Like The Fat Radish has its philosophy, Gastromotiva has its philosophy and there are millions of people in the world, all over in every city, in every town, who need help. Who are interested, intrigued, passionate, hungry. Food is the most amazing way to do it. This has been incredibly hard work, but I know when I'm back in New York I will be dreaming of the next project. But I think the next stage for us is to take this idea and make it into permanent locations. I think we'll take our company Silkstone—a lifestyle and hospitality brand—and start building permanent hotels. That's going to be the focus on the second half of this year. I would love to do it here, I will certainly keep looking, but it will most likely be in America first.
How did you get involved with Elyx?
Like with our food philosophy, we wanted to do the same thing with our partners. The whole idea is to showcase local, Brazilian talent. We've done that across the board, from the furniture you're sitting in now, to the artworks—we wanted to work with local people. Absolut Elyx definitely isn't Brazilian, but they share a similar kind of vision in terms of their integrity and how their product is made—everything is sourced locally—and how it's distilled, the way they present themselves, it's exactly in line with the Silkstone philosophy. Tom [Roberts] and I got chatting about this project when it came about, and we decided, if we're going to do this, let's really create the best cocktail bar we possibly can, to support the food. Because there isn't a cocktail bar here, really [in Rio]—it doesn't exist. We created a menu of what people would perceive as Brazilian drinks and cocktails, and made them our own. The product is incredible, and the team; Tato from Argentina—who's at one of the only bars in Latin America that's in the top 50 best bars in the world—is here, and he has just one of the nicest temperaments. He's going to open a bar here, his energy is just so great.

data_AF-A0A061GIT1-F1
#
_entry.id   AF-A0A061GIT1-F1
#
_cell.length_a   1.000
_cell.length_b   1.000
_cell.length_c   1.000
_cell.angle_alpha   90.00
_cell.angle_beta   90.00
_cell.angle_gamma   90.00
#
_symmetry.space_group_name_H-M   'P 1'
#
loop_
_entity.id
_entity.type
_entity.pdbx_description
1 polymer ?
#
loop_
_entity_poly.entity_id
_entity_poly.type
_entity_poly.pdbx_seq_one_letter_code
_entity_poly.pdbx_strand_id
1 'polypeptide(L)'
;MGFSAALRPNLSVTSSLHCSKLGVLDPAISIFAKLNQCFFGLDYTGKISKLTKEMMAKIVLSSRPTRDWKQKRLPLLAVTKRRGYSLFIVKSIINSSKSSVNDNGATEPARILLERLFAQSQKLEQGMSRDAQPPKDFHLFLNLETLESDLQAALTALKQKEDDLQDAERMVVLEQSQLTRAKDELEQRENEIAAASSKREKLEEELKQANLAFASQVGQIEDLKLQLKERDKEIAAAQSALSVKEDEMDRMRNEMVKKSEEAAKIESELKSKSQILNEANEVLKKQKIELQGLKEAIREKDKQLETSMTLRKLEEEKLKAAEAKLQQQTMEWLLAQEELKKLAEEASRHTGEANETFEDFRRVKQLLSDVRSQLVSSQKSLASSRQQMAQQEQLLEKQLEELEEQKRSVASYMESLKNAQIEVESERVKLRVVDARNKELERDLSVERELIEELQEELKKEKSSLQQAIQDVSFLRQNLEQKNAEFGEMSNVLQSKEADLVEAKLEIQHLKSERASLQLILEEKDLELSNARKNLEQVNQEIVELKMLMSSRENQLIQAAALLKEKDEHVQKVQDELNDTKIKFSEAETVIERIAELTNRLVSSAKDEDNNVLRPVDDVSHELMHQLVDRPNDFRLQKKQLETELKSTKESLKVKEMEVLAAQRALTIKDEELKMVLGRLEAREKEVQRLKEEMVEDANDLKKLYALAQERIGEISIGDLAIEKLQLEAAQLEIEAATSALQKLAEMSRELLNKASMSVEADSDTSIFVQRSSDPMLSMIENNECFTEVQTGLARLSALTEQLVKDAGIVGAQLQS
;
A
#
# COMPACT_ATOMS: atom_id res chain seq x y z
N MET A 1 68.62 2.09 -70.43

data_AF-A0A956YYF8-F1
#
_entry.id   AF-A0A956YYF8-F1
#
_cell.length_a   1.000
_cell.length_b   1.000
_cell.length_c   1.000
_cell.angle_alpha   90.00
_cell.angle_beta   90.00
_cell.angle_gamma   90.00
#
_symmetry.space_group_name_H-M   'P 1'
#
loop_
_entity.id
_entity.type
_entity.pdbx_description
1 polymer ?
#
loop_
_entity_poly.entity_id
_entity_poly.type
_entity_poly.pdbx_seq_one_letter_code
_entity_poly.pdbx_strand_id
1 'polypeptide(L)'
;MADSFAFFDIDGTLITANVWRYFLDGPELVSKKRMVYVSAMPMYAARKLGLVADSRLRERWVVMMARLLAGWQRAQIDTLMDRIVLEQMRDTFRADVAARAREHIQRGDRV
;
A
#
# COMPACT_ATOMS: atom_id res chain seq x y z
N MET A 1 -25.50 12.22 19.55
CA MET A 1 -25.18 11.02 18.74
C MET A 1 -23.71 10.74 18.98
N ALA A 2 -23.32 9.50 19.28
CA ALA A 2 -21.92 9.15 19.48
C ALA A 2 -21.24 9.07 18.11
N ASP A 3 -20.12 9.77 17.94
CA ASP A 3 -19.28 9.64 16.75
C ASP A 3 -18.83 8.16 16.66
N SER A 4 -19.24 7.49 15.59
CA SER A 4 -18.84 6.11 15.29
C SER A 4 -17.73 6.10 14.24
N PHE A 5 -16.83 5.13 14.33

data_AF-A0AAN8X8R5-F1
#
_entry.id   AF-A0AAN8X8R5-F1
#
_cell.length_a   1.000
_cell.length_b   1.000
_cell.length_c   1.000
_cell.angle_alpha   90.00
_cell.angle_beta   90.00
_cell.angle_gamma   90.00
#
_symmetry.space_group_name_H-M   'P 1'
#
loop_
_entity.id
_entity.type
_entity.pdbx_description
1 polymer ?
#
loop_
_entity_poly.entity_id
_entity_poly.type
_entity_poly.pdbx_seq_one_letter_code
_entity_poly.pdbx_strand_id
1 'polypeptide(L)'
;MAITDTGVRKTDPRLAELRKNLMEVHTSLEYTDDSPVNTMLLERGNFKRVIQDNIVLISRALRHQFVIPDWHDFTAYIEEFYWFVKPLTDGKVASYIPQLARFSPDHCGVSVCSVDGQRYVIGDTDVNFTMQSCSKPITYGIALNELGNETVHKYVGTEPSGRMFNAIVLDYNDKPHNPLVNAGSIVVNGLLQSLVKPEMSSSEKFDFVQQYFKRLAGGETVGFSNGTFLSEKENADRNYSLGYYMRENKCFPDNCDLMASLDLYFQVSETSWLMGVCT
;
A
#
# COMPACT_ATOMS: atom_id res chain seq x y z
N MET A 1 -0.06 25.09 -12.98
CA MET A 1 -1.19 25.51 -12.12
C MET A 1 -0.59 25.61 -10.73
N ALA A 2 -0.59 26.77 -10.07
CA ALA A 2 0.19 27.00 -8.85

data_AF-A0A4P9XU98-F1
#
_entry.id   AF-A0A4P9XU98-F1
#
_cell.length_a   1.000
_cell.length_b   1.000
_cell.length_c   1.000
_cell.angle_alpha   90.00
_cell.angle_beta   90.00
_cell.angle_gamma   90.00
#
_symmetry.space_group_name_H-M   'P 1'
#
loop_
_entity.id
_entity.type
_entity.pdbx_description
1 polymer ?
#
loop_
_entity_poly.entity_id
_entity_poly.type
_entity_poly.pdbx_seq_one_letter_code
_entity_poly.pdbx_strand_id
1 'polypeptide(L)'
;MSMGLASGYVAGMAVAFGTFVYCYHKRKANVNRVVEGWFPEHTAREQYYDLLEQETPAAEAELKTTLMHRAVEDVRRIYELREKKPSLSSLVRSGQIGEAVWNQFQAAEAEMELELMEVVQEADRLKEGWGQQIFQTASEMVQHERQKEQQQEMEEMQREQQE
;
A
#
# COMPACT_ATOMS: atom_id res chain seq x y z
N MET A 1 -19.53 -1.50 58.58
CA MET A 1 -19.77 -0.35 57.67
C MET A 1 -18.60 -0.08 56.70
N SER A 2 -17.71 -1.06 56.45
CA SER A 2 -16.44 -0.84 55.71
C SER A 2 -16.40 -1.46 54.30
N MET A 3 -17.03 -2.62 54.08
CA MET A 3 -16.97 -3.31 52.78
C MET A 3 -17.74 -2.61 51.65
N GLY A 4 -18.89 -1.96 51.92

And the house ended up becoming a place for people to meet and watch games?
I didn't know we were going to have such an amazing reaction from the Brazilians, and we weren't even going to be open for the games up here. We were going to play them but I thought everyone would go and watch them in bars, but those have ended up being our biggest events. People just started coming up here, we had barbecues using whole animals, very Argentine buffet style. Everyone came with their whole families—grandmas, uncles, kids—and everyone's in a Brazil shirt and nothing else matters. I'm going to miss that a lot. Every time I ever see a Brazil game on television for the rest of my life I'll think about those moments and smile, so much. This has just been perfect.
Photos by Karen Day